Seth Rogen on how James Franco became Tommy Wiseau

The actor reveals how his long-time friend and co-star stayed in character throughout the making of The Disaster Artist.


Simon Bland

“I never expect anything I do to be this well received,” smiles Seth Rogen in between bursts of that unmistakable stoner chuckle. He’s referring to The Disaster Artist, his latest collaboration with his long-time friend and fellow actor (and in this case, director) James Franco, which tells the bizarre true story of the best worst movie ever. “It’s a very pleasant surprise,” he says – which to be honest, it must be.

The Room couldn’t be further from a mainstream hit. Helmed by mysterious oddball Tommy Wiseau, the film makes about as much sense now as it did when it was released back in 2003. But in a unexpected twist its (many) failures became its saving grace, helping it earn cult hit status in the years since its debut. Combine its weird on-screen antics with Wiseau’s even weirder off-screen directing style, infamously expensive and chaotic shoot and unexpectedly endearing friendship with co-star Greg Sestero and suddenly the idea of a dramatisation becomes just crazy enough to work.

“We really talked about how to make it appeal to people other than ourselves,” reveals Rogen, “because it’s something that so inherently appealed to us. We knew that was a balance we would have to strike.” Part of striking that balance was honing Franco’s portrayal of the film’s unlikely star, Tommy Wiseau, an undeniably strange yet sympathetic protagonist. “We talked a lot about showing how sad he is. I would tell Franco to do a ‘sad Tommy’ take because he really was sad. I think that’s why he worked so hard to try and do something, because he really felt rejected and that’s incredibly sympathetic. We wanted to make sure people understood The Room wasn’t just an ego-driven venture, that it was really based on him feeling rejected and upset and wanting to put something out into the world and not being able to do it.”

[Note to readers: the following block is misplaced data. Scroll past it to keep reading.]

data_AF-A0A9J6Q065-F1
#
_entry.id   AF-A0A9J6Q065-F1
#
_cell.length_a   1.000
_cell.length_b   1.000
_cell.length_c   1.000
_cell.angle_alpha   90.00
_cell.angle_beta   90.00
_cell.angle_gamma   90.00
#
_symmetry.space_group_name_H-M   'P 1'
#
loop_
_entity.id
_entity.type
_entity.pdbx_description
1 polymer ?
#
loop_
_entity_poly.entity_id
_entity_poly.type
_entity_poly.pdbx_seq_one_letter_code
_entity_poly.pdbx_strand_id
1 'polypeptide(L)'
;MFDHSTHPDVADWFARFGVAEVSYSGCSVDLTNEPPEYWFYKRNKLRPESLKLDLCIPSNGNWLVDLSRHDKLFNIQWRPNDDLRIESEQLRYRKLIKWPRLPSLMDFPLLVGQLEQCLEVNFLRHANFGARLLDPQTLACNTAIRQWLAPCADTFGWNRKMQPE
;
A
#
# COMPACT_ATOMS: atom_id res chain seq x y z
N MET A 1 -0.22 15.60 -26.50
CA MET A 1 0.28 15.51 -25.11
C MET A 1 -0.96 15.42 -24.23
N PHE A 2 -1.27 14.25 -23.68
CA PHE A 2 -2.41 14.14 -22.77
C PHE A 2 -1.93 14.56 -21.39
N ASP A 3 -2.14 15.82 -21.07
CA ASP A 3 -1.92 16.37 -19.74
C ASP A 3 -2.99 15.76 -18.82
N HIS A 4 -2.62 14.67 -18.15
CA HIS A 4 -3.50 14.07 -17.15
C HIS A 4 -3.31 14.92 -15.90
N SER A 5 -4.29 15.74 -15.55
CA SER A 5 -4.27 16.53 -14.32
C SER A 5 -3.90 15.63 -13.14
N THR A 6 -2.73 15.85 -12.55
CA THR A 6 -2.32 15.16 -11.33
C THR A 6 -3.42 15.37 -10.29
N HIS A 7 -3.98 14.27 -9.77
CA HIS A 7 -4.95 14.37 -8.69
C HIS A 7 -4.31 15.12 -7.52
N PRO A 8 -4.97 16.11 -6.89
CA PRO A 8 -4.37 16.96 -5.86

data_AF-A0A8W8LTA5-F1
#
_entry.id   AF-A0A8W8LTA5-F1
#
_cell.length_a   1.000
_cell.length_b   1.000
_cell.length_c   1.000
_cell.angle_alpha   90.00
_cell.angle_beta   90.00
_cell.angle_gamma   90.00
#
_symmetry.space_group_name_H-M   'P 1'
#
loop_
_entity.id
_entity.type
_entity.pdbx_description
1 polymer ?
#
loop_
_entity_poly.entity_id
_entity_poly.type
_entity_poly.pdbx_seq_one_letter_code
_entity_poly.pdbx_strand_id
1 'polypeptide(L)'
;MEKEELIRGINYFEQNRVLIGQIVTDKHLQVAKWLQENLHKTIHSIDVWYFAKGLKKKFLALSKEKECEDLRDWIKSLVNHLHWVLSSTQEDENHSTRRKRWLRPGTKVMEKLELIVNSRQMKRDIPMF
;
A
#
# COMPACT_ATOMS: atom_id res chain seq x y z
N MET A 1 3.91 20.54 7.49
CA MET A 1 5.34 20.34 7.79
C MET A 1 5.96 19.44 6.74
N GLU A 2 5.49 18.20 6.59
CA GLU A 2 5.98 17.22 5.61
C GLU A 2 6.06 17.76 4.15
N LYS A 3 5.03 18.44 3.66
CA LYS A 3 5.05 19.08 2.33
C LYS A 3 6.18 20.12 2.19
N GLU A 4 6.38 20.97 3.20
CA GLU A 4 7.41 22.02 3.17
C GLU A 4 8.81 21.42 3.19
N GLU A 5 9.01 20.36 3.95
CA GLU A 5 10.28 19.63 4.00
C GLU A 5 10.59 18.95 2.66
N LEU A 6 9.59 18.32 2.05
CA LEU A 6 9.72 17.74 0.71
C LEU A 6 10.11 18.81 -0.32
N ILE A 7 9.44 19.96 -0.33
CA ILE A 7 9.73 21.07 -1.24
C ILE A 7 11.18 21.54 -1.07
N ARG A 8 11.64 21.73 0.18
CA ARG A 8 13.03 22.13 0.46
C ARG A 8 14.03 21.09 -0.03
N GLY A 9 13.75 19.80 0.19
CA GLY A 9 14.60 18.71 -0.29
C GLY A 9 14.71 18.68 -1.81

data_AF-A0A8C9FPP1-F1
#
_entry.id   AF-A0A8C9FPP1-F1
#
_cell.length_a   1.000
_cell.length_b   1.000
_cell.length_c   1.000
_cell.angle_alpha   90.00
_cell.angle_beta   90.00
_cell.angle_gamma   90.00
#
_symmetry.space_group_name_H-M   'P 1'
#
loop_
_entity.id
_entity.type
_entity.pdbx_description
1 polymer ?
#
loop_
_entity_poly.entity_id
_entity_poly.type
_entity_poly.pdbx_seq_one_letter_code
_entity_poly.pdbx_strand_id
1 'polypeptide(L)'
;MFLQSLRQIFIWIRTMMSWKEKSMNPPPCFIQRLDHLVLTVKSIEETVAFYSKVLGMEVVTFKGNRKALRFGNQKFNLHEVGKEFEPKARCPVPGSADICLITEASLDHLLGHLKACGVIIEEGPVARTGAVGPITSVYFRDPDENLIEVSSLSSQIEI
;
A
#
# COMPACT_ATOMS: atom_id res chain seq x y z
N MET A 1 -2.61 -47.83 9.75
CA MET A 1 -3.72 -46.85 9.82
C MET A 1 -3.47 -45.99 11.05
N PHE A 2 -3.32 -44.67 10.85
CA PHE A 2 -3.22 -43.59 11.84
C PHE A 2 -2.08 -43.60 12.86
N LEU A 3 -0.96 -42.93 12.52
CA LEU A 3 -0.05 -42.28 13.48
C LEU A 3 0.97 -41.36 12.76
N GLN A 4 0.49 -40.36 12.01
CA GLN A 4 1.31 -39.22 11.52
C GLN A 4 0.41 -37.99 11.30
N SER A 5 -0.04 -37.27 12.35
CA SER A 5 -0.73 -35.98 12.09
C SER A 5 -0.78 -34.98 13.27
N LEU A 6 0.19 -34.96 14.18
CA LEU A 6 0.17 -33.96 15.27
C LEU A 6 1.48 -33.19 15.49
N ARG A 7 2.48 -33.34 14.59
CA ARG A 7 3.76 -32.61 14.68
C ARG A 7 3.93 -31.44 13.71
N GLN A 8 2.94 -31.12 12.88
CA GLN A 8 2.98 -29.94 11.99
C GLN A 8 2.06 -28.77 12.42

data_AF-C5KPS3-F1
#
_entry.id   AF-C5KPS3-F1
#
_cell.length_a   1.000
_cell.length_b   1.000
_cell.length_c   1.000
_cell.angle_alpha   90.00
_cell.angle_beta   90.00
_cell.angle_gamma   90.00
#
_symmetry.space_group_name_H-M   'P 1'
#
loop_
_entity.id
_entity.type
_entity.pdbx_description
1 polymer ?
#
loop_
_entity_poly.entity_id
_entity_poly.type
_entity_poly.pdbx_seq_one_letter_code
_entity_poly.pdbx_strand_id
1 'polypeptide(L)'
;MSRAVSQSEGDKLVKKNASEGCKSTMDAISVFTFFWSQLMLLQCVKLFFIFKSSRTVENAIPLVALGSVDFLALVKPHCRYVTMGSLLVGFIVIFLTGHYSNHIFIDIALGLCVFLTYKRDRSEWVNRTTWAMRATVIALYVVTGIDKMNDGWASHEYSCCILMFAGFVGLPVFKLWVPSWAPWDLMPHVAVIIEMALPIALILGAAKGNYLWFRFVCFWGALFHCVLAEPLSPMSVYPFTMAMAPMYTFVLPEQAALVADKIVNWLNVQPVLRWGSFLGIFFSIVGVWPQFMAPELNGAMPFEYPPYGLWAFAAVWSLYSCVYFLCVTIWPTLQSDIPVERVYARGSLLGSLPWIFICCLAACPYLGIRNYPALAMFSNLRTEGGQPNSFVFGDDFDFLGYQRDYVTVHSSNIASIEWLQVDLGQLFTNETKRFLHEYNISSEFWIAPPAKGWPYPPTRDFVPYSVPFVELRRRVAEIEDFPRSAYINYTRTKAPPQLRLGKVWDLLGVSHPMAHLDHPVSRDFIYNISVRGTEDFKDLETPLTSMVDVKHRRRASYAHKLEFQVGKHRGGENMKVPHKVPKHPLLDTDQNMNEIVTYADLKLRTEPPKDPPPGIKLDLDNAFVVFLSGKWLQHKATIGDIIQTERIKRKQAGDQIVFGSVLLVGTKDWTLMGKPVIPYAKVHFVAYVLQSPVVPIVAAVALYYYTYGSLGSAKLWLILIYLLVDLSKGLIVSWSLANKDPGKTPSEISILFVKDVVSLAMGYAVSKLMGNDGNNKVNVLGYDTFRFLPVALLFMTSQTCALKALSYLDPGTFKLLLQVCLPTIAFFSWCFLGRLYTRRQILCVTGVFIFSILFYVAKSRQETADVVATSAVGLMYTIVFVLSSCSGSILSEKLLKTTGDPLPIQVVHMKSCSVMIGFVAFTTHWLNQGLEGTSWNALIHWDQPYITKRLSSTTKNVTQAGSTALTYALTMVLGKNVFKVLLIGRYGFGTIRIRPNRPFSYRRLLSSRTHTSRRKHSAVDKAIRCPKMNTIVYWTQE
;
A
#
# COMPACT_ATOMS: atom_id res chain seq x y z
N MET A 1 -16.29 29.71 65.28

As if things couldn’t get any more meta, Franco stayed in character as Wiseau throughout the whole shoot, directing himself as the lead in his own movie where he himself was portraying a terrible director. “It was kind of par for the course a little bit,” Rogen says of Franco’s performance. “It’s maybe on the weirder end of the spectrum but it was incredibly fun and it wasn’t disruptive or disrespectful to the process. If anything it inspired everyone to try a little harder because you could see how much effort he was putting into it and how much he clearly wasn’t treating it like a joke. It’s one of the best times I’ve had making a movie in a long time.”

In contrast to The Room’s tumultuous shoot, Franco’s film came together relatively smoothly – despite the real Wiseau wanting in on the action. “It was weird,” admits Rogen. “He demanded that he had a cameo which would have been pretty easy to accommodate, but he also demanded that the cameo be in a scene with James Franco who is playing him – and Tommy can only be Tommy. We were trying to talk him out of it, saying, ‘If you agree to be in a scene with someone else, you have a much better chance of making it into the movie’, but he demanded it. We were just like, ‘Whatever, we’ll film it, it’ll be funny for us, and then we’ll just cut it out. So he showed up, drew a moustache on with a felt pen – which was strange – we shot the scene and were like, ‘No one will ever see that’.”

He continues, “We needed to clear some additional scenes from The Room and when we asked him he was like, ‘If you want other footage from Room you have to put my scene in movie,’ so we then had to contractually put the scene into the movie somewhere. We put it at the end, like a Marvel post-credits sequence. Me and James have actually become very entertained by it because Tommy somehow affected our movie. He left his fingerprint on the movie despite our best efforts.”

The Disaster Artist is the latest fruitful collaboration between Rogen and Franco, a winning run stretching back to 1999. “We met on Freaks and Geeks 19 years ago. It was so much fun but afterwards we didn’t talk for like six years. He went off and became a very successful movie star and I went off and became a writer, then we wrote Pineapple Express and that’s when we really become close again. Honestly, I’m not sure why we work so well together. We really like each other. We came up in the same environment professionally, we find each other very funny and we have a very similar sense of humour and like similar movies and that’s helpful. I think we just really enjoy it and I think that comes across.”

In terms of selecting which stories to focus on, Rogen’s method is relatively straightforward. “I mostly think, ‘What would I be jealous of if somebody else made it?’ I’m drawn to crazy things. Ideas that shouldn’t work, that seem like they aren’t good but are. Those are the ones that get me most excited, honestly. The ones that seem like nobody else would be crazy enough to even try it.”

With Franco’s turn in The Disaster Artist earning him awards recognition, the duo are clearly onto something. And if their little movie about the world’s worst movie attracted Oscars attention? “It would be the weirdest thing ever – but it would be amazing. I would just be thrilled for all parties involved. It would be truly ironic though,” Rogen adds, “it would be a new verse in Alanis Morissette’s song.”

Published 8 Jan 2018

Tags: James Franco Seth Rogen

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